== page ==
Born into a politically prominent Cuban family, Ana Mendieta was sent to live in Iowa at the age of 13 as part of Operation Peter Pan, a controversial CIA project that relocated 14,000 Cuban children to the United States, without their parents, during the height of the Cold War. An immigrant unable to identify with any specific place as her true home, she began in the 1970s to make performance-based sculptural work with her body in the natural environment. As complex as they are hauntingly beautiful, these “earth-body sculptures” feature primitive materials such as earth, fire, water, and blood. Mendieta documented her performances, which often incorporated aspects of magic and religion, with photography and video. Powerful and psychologically charged, her work, which often includes womb-like impressions carved by the artist into the earth, resonates with the deepest of feminist issues. This work, along with Birth (Gunpowder Works), are part of Mendieta’s “Silueta (Silhouette)” series. For works in this series, she created ephemeral interventions in the landscape at sites in Iowa and Mexico that are eventually eradicated by the elements.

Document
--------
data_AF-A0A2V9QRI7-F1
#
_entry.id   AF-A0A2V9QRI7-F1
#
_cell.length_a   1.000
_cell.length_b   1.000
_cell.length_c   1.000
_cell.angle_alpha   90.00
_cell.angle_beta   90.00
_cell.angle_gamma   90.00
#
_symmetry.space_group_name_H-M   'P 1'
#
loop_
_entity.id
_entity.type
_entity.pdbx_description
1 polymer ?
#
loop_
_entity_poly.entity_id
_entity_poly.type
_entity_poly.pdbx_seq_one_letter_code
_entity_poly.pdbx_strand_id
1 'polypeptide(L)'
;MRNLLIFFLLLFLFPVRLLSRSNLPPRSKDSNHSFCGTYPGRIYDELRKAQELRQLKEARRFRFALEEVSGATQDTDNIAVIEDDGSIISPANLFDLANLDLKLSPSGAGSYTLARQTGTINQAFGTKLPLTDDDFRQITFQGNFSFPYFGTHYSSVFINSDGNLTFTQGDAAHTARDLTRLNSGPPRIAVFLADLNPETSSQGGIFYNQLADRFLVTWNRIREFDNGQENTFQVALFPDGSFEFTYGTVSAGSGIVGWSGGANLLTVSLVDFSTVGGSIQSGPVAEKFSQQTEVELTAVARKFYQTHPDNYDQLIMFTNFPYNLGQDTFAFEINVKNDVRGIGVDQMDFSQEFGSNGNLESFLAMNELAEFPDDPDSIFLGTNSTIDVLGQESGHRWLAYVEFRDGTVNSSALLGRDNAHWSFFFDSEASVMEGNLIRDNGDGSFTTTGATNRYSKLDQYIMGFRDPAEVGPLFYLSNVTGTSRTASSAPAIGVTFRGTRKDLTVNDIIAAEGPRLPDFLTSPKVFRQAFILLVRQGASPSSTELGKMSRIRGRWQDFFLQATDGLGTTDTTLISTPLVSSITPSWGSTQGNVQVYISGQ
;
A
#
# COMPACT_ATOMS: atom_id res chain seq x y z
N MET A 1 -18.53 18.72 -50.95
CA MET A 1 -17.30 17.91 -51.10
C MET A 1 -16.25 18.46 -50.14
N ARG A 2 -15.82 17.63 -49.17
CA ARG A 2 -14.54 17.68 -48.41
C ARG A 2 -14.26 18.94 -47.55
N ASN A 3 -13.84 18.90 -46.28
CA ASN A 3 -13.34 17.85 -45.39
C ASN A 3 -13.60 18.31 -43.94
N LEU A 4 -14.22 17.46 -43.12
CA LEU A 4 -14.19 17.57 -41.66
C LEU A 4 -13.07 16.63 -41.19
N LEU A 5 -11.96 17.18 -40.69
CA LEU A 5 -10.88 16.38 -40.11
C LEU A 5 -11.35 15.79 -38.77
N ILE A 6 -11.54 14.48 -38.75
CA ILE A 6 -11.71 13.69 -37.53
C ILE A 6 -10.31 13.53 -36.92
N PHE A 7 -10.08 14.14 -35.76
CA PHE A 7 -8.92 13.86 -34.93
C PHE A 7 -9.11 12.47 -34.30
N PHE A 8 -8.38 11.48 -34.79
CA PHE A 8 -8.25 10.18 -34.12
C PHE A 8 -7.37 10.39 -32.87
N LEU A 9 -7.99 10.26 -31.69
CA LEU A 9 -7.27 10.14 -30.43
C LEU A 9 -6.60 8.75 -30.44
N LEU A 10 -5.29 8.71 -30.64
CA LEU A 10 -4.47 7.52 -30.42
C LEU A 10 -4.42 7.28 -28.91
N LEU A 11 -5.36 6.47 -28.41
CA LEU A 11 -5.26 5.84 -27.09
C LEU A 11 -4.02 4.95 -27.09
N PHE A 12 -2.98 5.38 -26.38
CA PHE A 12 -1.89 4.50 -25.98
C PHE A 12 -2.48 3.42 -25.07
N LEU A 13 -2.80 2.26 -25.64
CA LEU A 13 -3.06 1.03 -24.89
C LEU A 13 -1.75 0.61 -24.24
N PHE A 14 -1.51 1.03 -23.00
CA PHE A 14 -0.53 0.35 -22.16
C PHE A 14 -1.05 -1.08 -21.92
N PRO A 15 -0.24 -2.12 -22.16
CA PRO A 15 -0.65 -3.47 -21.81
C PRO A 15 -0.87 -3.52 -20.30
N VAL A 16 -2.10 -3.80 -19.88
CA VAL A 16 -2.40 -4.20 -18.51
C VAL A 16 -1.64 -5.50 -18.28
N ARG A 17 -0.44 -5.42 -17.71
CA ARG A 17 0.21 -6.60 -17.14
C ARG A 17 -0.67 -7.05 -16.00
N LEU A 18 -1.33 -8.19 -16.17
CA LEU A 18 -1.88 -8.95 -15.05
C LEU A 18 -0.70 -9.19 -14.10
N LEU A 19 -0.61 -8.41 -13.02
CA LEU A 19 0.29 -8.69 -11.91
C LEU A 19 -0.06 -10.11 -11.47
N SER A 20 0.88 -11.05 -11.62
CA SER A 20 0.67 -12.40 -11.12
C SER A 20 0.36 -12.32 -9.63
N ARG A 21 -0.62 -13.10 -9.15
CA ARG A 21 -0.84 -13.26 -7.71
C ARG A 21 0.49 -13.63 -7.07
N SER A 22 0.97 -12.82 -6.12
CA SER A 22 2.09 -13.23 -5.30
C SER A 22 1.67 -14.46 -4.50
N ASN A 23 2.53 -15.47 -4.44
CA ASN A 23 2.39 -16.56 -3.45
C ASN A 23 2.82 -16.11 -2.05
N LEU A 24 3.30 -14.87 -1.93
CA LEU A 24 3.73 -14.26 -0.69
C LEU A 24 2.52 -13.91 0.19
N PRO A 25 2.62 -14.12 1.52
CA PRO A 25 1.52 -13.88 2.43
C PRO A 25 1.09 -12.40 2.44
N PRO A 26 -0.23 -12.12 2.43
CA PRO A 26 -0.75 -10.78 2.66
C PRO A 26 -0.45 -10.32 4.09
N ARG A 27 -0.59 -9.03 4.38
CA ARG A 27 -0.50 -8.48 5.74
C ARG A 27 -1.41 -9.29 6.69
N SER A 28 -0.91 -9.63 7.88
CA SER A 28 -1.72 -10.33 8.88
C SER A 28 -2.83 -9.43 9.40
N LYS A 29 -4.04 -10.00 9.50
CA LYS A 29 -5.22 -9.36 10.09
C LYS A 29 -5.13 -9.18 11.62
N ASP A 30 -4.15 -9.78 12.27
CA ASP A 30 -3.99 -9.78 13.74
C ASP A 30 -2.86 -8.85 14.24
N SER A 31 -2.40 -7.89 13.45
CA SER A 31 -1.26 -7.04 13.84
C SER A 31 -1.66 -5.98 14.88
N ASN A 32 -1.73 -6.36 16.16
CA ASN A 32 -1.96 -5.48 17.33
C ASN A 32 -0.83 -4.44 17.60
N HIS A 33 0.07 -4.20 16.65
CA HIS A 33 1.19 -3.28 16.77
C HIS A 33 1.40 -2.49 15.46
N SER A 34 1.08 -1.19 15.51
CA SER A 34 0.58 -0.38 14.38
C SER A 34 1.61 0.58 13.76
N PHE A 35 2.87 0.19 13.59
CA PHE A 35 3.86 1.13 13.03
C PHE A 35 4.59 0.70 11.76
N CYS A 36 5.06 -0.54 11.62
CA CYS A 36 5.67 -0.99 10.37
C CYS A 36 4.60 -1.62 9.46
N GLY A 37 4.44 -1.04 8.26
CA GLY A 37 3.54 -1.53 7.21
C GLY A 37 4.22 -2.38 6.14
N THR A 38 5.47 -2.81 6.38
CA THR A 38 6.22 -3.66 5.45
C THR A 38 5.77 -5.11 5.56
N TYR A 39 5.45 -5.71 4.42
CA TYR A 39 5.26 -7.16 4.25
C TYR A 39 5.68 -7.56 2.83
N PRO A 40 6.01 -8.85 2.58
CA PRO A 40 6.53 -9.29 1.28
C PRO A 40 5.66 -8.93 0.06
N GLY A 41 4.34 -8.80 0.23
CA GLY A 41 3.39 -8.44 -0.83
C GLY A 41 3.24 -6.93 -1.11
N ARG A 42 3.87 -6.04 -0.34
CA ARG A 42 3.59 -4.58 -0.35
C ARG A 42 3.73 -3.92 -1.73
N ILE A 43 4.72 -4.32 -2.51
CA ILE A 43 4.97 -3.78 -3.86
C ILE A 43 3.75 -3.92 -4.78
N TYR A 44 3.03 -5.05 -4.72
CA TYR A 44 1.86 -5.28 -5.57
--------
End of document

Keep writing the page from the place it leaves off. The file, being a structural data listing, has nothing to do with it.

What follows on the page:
Corazón de Roca con Sangre (Heart of Rock with Blood) is one of the earliest works Mendieta made along the Iowa River. She first dug a silhouette of her body into the mud of the riverbank. The short film begins with the naked artist kneeling beside the sculptural intervention in the landscape and carefully placing a rock into the chest area of the cavity. Then, evoking a sacrificial gesture, she pours over the rock a mixture of blood and tempera paint. As a final act, Mendieta descends into the shallow silhouette and lies facedown. This work, and the entire “Silueta” series, conveys a universal language that personifies the primordial relationship between humanity and the natural world.
Label from One Another: Spiderlike, I Spin Mirrors, March 7–June 1, 2014